One Golden Ring
by Cheryl Bolen, historical (2005)
Zebra, $5.99, ISBN 0-8217-7790-4


I have a hunch that the "Christmas" thing - the hero and the heroine get hitched around Christmas - is a last-moment addition to give this book a seasonal feel that coincides with its publication date. Unfortunately, that's not the only thing that feels artificial about this story.

One Golden Ring has a familiar premise: our heroine Fiona Hollingsworth, driven to desperation by her brother to raise some funds (twenty-five thousand pounds, to be exact, as requested by the bandits in Spain that are holding her brother for ransom), offers our non-aristocratic Cit hero Nicholas Birmingham a bargain: she'll marry him and he'll pay off the ransom for her brother's return. Nicholas is one of the wealthiest stockbrokers in England and therefore it will make sense that he will want an aristocratic wife of good pedigree for a wife, right? Nicholas, however, is not willing to be married to an aristocratic wife for all the wrong reasons, especially when he understandably believes that Fiona will resent him afterwards for being trapped in a marriage with him, a Cit. He offers Fiona the money but you know our romance heroines, right? She can't take the money! She'll just find another guy to offer her body to! Nicholas is attracted to Fiona since they first met so in the end he agrees to her proposal. So they marry by Christmas and yes, the honeymoon night is fabulous, thanks for asking.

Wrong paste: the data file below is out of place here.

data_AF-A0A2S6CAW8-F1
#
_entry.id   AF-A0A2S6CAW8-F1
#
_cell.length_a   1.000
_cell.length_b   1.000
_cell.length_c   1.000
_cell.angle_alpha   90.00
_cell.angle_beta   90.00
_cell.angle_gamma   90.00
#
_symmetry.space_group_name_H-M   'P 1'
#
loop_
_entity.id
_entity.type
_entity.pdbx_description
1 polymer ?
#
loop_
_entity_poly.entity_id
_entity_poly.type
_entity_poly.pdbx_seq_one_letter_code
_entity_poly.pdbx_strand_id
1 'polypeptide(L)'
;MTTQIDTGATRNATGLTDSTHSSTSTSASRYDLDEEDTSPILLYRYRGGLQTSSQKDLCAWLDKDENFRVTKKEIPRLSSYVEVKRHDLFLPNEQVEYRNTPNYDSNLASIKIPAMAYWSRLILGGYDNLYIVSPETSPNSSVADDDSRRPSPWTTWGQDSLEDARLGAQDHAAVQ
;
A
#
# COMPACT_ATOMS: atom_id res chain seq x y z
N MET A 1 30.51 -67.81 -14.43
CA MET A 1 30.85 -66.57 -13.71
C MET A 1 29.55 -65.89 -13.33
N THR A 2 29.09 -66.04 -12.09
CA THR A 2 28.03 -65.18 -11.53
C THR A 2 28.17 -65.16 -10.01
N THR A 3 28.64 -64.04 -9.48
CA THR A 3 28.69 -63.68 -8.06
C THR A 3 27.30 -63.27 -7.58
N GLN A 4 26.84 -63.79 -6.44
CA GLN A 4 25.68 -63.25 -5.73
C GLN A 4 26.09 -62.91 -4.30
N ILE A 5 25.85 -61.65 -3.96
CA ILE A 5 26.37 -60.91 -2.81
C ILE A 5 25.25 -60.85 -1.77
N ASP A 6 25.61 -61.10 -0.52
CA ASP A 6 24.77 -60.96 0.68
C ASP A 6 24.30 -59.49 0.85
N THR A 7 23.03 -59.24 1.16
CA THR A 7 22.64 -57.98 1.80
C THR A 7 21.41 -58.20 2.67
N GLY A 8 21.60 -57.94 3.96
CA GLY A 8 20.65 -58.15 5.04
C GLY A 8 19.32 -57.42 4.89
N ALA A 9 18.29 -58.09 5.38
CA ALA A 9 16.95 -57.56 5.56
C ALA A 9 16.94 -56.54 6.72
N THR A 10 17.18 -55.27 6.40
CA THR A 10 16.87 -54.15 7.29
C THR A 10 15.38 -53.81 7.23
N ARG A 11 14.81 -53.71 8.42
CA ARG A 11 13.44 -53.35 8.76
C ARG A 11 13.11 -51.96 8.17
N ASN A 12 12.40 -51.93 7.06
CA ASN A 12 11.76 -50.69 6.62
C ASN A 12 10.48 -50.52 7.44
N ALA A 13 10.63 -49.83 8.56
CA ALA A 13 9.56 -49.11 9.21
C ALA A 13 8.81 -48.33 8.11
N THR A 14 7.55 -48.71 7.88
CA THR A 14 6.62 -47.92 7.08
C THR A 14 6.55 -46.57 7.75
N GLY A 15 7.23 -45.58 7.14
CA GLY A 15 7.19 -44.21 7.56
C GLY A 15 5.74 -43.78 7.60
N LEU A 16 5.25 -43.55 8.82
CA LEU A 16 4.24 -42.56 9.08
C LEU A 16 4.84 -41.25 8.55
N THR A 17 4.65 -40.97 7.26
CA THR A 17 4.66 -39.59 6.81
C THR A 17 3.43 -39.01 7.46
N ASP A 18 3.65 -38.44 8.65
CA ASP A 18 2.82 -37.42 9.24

That leaves the author with about two hundred more pages to go before she can end the story.

Ms Bolen makes a crucial mistake in getting her characters to connect so well with each other so fast. With their wedding vows still ringing in their ears, Fiona and Nicholas are quickly making fabulous love, having satisfying conversations, and being so comfortable in each other's company. He is soon doing all he can to make sure that her every wish and desire is met. She is determined to be a good wife to him and give him beautiful babies. Nicholas becomes the perfect husband: limitless credit and limitless ability to indulge the wife to the fullest. Fiona becomes the perfect woman: one look at Nicholas' daughter with a harlot and her understandable concerns about that daughter living with them dissipate completely. One look at Emmie's sad face and Fiona can always deduce the psychological vulnerabilities inside Emmie. Of course, Fiona always knows the correct things to say to Emmie that will boost Emmie's self-esteem. Fiona is Every Woman.

That still leaves the author with about one hundred something more pages to go before she can end the story.